‘Gentlemen,’ the Prince cut in, ‘you four will confront them in the narrow lane. Ned Poins and I will wait lower down. If they escape from your ambush they’ll run into us.’
‘How many of them are there? said Peto.
‘About eight or ten,’ Gadshill said.
‘My God! Falstaff was trembling. Won’t they rob us?’
Hal sneered. ‘What? Are you a coward, Sir John Paunch?’
‘Well I’m not exactly your grandfather, John of Gaunt, but still not a coward, Hal.’
‘Well we’ll put that to the test,’ Hal said.
‘Jack – sirrah -‘ Poins said, your horse is standing behind the hedge: when you need him you’ll find him there. Goodbye, and stand firm.’
Falstaff smiled at the thought of getting his horse back. He was hanged if he felt like hitting Poins now.
The Prince whispered in Poins’ ear: ‘Ned, where are our disguises?’
‘Nearby,’ whispered Poins. ‘Come with me.’
They left and Falstaff positioned himself behind the other two. ‘Now, gentlemen,’ he said. ‘Good luck to us all. Everyone to his position.’
Voices could be heard as the travellers approached: ‘Come neighbour,’ said one. ‘The boy can lead our horses down the hill. Let’s go on foot for a while and stretch our legs.’
The robbers were suddenly in their path. At the shout of ‘Stand!’ the travellers cowered in terror. Jesus bless us!’ cried one, crossing himself.
From behind the other two Falstaff shouted fiercely: ‘Strike! Bring ’em down! Cut the villains’ throats! Ah, you whoreson caterpillars: fat knaves: they hate us youngsters! Mow ’em down! Fleece ’em.’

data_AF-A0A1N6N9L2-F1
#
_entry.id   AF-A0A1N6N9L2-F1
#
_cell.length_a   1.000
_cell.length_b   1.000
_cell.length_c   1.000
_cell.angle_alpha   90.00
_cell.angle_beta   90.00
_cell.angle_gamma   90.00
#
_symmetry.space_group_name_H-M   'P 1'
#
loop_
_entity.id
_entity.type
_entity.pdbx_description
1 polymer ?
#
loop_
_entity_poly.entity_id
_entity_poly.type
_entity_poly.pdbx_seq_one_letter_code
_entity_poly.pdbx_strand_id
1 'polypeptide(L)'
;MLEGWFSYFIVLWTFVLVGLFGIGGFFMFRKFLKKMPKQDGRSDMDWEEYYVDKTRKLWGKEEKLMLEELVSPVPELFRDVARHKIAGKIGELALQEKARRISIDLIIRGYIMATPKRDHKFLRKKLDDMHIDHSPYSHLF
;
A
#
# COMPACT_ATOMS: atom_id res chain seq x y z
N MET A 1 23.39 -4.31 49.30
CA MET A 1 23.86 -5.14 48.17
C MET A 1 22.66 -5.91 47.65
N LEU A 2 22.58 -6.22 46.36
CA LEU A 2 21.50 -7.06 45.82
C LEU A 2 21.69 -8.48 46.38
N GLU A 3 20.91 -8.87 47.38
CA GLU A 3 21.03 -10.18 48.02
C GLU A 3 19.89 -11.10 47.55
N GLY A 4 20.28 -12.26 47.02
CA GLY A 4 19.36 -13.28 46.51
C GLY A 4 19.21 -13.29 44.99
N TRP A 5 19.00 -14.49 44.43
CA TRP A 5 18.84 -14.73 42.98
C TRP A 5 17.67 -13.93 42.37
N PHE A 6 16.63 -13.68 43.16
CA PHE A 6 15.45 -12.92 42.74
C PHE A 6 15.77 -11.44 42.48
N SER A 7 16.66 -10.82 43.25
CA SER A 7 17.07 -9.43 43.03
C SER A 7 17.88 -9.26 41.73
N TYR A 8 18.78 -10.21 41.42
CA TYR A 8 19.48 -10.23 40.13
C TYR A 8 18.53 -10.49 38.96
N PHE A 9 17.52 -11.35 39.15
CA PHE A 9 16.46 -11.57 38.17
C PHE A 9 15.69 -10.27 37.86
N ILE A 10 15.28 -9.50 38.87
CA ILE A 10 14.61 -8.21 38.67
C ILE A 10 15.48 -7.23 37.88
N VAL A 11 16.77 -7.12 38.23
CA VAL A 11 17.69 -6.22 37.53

The travellers were on their knees. ‘Oh, we’ve had it!’ moaned one. ‘All of us and our loved ones, forever!’
Falstaff, seeing the wretchedness of the two travellers, came out from behind his companions and stood before their cowering victims. ‘Be hanged, you fat-bellied villains!’ he exclaimed. ‘You’ve had it, have you? No, you stuffed wallets, I only wish you had all your wealth here with you. Come on, fatties, come on! What, you good-for-nothings! Young fellows like us have to make a living. Oh, so you’re magistrates, are you?’ The three pounced on the travellers, searched them and took their purses then tied them up. ‘We’ll ‘magistrate you!’ concluded Falstaff as the robbers ran off towards where Hal and Poins waited.
‘The thieves have tied the honest men up,’ the Prince said. ‘You and I can rob the thieves now and go merrily off to London. It would be a talking point for a week, laughter for a month and a good joke that would last forever.’
‘Get under cover,’ said Poins. ‘I hear them coming.’
They could hear Falstaff’s voice, full of confidence now: ‘Come, gentlemen. Let’s share it out and then ride off before daylight. If the Prince and Poins aren’t two utter cowards, there’s no justice anywhere. There’s no more courage in that Poins than in a wild duck!’
As they crouched on the ground, dividing the loot they were attacked by the Prince and Poins, in their masks. ‘Your money!’ the Prince demanded.
‘Villains,’ exclaimed Poins.
They sprang up, made a feeble attempt at defending their loot but their courage failed when they felt the superiority of their attackers and they ran off.
‘That was easy!’ Hal exclaimed. ‘Now, on to our horses. The thieves are all scattered and so terrified that they won’t dare regroup. Each mistakes the other for a watchman! Off you go, dear Ned.’ He laughed. ‘Falstaff is sweating so much that he lards the ground as he goes. If I weren’t laughing so much I’d feel sorry for him.’
Poins was laughing too. ‘How the fat rogue roared!’ he said as they set off.